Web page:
New Orleans: where the air is sticky with the promise of summer rains, the buildings flaunt their exposed brick and plastered facades, and the city sings with the easy living of its residents. It's a city we've explored for only a week, but it has slowly arrested a fondness in my heart with its character and charm.
The presence of living history is stronger here than it was in Grand Isle. The city emanates an atmosphere of old money, old traditions and cultures, and old historical moments that influence the lives of its residents every day. We wandered through the French Quarter, the Garden District, Uptown, Downtown, the Tremé, and Congo Square... places with a past permeated with colonization, reconstruction, and the memory of slavery. There is a sense of innovation here, as well: skyscrapers in the business district, tourist attractions, and modern appliances just as there are in any other city. The past mingles with the present and the future to create an environment brimming with historical progress and a charming atmosphere all its own.
Interview with the Vampire captures the timelessness of New Orleans. Vampires Louis and Lestat prowl the damp streets seeking out victims for their dark hunger, the swamp air thick with the buzz of insects and the stench of rot; next to the refineries of Creole society from the late 18th to early 19th centuries, the city reeks of the supernatural and presents a perfect environment for creatures of the night to stalk their prey. The sensuous imagery Anne Rice provides in her novel provided a perfect perspective on New Orleans' interaction with death and the afterlife. Following the footsteps of vampires adds a sense of supernatural adventure to our explorations here so far, especially wandering around the cemeteries.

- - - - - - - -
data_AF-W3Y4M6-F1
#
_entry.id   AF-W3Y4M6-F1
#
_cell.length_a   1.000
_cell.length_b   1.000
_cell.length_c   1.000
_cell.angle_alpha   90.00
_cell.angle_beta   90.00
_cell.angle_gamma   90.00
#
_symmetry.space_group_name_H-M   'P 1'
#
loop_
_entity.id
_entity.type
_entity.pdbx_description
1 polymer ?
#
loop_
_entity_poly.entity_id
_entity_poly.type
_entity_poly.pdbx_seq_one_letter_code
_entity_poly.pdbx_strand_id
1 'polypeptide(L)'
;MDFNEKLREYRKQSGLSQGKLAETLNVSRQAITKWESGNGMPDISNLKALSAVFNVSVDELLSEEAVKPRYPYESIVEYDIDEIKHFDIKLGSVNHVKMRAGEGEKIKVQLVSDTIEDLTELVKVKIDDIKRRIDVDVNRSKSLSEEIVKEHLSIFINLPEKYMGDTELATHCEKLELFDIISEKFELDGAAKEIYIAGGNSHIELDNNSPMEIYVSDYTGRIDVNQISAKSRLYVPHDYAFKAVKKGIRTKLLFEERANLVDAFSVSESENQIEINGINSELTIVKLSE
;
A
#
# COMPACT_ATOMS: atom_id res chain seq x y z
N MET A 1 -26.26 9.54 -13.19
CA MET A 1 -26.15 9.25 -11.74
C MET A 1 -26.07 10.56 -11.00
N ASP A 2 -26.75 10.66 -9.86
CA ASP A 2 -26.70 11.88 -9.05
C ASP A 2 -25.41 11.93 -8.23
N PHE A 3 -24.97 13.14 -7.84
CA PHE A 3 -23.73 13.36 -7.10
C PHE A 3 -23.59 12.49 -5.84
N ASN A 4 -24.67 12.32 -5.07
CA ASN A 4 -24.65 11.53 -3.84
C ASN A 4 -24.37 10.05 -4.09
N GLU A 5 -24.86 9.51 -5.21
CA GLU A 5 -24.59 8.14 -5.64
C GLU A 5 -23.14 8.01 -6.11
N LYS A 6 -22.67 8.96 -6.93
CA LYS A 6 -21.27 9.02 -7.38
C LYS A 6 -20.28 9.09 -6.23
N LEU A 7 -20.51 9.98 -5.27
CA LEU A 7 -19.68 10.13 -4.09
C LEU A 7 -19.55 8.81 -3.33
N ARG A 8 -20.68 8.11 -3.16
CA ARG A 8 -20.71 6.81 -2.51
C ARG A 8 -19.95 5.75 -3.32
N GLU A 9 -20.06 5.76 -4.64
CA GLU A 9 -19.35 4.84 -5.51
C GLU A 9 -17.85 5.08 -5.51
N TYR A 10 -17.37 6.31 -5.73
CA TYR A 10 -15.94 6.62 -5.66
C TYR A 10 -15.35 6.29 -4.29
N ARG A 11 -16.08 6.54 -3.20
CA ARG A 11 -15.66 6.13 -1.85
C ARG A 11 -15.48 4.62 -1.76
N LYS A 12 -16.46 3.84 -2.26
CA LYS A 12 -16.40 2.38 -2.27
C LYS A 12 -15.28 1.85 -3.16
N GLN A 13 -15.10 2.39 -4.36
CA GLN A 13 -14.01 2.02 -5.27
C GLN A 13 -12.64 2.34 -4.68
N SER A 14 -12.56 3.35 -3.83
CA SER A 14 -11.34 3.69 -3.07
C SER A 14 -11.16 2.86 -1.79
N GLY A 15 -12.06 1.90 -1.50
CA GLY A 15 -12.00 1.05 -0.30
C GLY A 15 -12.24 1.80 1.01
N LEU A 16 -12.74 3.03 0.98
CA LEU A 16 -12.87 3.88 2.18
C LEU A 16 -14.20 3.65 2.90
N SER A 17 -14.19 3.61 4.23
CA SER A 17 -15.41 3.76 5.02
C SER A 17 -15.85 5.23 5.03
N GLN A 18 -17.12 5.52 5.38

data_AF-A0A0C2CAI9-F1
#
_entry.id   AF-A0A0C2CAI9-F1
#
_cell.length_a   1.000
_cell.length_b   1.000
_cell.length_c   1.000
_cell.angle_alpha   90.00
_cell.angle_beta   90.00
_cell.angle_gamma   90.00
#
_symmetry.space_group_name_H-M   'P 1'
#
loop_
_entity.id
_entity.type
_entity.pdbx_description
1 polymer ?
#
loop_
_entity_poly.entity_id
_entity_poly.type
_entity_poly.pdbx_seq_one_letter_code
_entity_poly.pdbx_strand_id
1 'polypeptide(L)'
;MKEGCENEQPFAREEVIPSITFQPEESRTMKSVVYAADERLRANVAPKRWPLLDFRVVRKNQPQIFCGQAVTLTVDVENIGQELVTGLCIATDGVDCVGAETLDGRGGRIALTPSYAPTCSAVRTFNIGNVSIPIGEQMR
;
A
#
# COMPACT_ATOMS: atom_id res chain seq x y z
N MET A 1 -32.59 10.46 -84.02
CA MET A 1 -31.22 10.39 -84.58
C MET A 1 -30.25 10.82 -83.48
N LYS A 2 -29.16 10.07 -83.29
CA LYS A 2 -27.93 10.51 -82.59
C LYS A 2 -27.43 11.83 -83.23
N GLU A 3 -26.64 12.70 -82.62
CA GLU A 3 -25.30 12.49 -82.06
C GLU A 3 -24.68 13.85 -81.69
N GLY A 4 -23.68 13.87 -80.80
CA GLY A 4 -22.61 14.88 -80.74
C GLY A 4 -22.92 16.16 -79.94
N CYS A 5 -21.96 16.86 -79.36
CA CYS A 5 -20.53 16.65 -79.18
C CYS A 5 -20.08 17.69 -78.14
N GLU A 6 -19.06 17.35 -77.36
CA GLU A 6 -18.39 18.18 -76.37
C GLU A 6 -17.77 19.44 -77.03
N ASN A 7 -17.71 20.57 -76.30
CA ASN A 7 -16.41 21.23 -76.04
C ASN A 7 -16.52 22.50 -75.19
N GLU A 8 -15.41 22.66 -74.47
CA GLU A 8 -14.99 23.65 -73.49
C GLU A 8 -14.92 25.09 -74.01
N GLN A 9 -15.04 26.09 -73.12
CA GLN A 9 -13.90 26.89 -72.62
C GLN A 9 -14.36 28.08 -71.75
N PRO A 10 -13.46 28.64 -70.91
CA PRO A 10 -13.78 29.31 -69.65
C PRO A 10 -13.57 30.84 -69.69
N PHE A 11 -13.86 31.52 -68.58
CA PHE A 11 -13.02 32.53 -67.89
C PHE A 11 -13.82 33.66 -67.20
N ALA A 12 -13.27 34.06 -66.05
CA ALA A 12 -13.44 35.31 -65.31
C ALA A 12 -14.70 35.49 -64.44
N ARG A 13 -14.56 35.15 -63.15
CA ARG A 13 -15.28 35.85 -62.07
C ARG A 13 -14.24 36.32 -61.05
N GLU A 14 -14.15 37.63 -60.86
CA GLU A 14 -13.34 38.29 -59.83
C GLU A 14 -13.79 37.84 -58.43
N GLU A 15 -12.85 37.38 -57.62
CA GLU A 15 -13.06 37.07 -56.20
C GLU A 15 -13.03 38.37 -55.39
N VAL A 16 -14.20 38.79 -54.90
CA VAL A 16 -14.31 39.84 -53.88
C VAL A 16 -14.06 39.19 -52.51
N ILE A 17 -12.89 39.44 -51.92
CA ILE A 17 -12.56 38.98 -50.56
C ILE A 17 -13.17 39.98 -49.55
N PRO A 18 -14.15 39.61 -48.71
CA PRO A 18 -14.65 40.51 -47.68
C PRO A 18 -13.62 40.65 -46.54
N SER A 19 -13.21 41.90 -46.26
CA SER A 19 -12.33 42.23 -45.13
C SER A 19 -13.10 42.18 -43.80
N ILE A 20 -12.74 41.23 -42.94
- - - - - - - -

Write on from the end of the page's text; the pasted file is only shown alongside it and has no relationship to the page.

We hit many stops on our tour through the supernatural. We learned about the religion of Voodoo and its origins in African culture, and how it still has a place in the community with its superstitions and blessings. The aboveground tombs of the St. Louis Cemetery held an atmosphere of an ominous peace, and one had the feeling of being watched by the angel statues towering from the massive mausoleums where the wealthy laid their dead a hundred years ago.
Seeing as the city has perpetually dealt with decay - the houses rotting from the slow destruction of the tropical Gulf Coast climate, and the economic structure of the South completely transforming after the Civil War - it's easy to see the charm of ghosts and hauntings. The role of the vampire, bringer of death to the citizens of New Orleans, is associated with the natural death of the landscape; the lens becomes murky and desolate, and one may see the city as a creature clinging to life in every way possible.
Yet there is life here, perpetual life, a heartbeat thrumming down the city streets and fighting past the storm clouds to find the sunny day. There is life in every jazz trumpet blowing from the live music bars; there is life in the spray of powdered sugar over a warm plate of beignets; there is life in the rain that breaks over the city like a baptism to release the city of its stagnant air. There is life in New Orleans alongside the celebration of death, and it is a life worth living when seen through the eyes of those who appreciate it most.